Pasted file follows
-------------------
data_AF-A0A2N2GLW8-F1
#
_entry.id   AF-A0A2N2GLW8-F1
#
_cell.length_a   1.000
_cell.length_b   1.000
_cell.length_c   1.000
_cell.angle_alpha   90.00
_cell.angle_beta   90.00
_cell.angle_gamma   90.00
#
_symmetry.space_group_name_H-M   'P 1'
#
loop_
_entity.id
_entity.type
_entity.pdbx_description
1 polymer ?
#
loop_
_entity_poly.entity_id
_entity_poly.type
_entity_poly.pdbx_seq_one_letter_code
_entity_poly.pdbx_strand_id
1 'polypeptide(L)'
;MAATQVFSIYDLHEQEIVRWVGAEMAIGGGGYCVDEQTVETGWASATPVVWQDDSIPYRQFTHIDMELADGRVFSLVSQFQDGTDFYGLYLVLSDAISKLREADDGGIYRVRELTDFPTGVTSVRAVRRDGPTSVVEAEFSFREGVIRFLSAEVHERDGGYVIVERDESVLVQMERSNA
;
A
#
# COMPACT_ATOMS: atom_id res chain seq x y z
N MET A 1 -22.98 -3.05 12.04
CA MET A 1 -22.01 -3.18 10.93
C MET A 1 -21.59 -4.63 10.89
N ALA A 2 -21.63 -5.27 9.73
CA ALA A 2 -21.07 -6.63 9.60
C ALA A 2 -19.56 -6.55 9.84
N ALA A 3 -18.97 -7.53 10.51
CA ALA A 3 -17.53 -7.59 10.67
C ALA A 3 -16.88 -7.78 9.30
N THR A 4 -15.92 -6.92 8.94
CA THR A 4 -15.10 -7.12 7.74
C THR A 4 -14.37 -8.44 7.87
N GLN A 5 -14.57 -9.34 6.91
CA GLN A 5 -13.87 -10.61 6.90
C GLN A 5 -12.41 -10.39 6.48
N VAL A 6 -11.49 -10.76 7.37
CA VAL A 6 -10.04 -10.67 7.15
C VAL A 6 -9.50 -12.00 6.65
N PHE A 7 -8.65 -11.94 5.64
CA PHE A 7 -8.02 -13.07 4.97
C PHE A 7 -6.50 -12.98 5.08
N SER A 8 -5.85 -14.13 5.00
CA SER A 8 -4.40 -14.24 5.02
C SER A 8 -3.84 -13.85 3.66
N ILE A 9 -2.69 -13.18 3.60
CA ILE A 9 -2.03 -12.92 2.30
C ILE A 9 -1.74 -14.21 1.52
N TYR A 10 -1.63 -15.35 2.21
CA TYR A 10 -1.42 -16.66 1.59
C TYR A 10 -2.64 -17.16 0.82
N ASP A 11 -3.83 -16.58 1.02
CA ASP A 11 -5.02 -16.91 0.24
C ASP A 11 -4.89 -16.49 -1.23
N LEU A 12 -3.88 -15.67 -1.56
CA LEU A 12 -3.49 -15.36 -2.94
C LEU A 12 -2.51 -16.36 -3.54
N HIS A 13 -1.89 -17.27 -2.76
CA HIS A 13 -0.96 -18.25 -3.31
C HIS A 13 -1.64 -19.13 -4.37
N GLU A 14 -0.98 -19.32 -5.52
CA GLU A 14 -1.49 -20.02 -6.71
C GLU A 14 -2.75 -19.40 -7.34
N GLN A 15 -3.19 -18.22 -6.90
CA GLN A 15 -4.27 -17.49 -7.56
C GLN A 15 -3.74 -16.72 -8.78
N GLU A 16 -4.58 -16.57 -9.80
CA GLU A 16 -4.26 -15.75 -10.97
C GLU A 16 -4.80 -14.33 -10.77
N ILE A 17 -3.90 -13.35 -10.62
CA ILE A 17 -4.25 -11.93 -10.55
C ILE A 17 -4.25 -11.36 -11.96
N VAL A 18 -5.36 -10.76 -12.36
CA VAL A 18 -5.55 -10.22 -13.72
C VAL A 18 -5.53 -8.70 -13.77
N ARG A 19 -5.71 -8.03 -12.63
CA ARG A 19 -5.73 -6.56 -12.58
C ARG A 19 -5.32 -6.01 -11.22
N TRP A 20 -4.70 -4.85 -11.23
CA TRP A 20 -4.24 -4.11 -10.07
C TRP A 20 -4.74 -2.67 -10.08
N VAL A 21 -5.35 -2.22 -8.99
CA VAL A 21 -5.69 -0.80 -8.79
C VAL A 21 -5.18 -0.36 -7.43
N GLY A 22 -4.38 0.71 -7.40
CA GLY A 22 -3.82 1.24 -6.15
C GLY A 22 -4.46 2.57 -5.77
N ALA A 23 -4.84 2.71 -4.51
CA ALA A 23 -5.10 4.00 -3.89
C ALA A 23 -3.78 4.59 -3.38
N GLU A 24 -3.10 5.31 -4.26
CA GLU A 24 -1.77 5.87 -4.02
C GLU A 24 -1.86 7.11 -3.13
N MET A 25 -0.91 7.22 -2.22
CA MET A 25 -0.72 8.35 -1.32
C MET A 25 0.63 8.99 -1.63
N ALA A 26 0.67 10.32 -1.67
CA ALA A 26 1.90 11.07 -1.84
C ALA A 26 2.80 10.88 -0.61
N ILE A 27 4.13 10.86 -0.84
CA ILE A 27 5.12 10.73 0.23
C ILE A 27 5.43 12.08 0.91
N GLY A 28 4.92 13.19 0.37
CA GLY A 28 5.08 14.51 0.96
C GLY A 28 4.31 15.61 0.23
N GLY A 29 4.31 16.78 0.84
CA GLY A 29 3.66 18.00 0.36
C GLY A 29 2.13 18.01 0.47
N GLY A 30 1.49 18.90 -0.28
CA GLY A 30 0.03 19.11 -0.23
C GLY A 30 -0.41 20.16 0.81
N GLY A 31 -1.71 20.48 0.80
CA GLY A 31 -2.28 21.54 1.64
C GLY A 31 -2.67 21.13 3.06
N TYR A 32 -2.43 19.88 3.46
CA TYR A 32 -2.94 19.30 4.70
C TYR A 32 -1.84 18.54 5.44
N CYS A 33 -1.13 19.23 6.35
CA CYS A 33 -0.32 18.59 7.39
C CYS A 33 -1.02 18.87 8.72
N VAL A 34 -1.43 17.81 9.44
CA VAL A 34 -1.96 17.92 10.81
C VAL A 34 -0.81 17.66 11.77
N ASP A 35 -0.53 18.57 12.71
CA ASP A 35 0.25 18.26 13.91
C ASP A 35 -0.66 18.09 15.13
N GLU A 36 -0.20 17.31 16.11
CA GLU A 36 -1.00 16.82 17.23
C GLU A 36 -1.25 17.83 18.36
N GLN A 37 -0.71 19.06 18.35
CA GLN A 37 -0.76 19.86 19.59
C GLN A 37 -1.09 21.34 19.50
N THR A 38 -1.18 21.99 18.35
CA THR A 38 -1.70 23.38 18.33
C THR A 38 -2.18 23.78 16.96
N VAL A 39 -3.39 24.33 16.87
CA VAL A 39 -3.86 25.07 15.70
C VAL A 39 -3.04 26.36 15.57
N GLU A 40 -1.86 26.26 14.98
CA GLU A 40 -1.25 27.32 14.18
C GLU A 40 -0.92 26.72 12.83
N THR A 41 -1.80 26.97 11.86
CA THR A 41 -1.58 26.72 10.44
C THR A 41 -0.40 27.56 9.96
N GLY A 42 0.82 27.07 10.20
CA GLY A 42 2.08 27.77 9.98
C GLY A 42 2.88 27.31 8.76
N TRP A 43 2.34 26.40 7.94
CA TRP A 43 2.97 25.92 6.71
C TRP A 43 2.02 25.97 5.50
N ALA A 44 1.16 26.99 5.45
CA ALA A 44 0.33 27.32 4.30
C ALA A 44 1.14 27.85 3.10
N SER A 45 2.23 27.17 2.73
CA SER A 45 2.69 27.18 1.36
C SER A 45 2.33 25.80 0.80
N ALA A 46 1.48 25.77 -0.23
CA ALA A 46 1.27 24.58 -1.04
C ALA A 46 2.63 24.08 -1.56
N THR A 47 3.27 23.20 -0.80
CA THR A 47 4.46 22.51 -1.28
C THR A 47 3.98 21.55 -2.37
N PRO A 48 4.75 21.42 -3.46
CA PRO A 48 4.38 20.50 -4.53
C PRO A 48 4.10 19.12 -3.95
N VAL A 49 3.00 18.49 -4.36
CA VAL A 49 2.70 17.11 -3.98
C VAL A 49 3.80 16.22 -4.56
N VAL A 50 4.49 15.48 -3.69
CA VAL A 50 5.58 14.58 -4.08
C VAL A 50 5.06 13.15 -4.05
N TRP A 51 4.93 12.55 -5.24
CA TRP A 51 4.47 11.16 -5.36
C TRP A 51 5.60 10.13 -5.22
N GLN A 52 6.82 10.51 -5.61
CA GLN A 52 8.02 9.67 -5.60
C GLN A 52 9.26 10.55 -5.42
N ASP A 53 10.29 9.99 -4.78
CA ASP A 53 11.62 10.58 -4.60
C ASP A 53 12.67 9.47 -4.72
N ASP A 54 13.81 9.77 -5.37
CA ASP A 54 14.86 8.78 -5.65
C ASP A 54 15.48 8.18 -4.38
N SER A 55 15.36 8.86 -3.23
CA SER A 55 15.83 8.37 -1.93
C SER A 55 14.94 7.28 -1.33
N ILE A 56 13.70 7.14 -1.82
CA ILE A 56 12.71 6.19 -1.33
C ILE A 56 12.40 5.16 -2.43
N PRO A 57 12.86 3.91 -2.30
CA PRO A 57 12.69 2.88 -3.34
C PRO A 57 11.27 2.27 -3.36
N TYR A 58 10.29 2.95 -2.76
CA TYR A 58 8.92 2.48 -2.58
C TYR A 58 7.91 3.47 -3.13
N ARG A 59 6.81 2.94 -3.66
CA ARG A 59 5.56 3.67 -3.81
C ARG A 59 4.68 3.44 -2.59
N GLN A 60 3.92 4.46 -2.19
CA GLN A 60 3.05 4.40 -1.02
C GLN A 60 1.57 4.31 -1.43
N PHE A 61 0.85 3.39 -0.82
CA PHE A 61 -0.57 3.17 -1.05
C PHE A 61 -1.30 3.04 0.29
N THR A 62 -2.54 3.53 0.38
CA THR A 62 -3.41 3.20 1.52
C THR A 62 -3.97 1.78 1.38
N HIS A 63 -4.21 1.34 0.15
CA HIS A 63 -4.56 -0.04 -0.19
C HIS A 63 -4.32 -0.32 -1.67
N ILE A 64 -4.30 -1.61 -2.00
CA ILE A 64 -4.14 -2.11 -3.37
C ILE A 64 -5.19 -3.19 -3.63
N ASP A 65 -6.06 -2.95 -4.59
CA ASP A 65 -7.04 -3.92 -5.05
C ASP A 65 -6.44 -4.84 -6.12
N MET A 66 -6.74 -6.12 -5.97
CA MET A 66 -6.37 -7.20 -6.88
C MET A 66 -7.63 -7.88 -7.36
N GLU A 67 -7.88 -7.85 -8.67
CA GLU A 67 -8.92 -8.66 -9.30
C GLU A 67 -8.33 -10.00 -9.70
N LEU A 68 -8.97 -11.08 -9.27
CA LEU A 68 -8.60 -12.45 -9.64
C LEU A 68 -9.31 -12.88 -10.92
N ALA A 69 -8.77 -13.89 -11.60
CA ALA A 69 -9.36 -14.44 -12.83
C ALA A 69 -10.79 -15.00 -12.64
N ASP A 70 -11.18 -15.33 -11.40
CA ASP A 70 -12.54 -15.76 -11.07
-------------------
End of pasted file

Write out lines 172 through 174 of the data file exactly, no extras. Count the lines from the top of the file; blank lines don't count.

N PRO A 48 4.75 21.42 -3.46
CA PRO A 48 4.38 20.50 -4.53
C PRO A 48 4.10 19.12 -3.95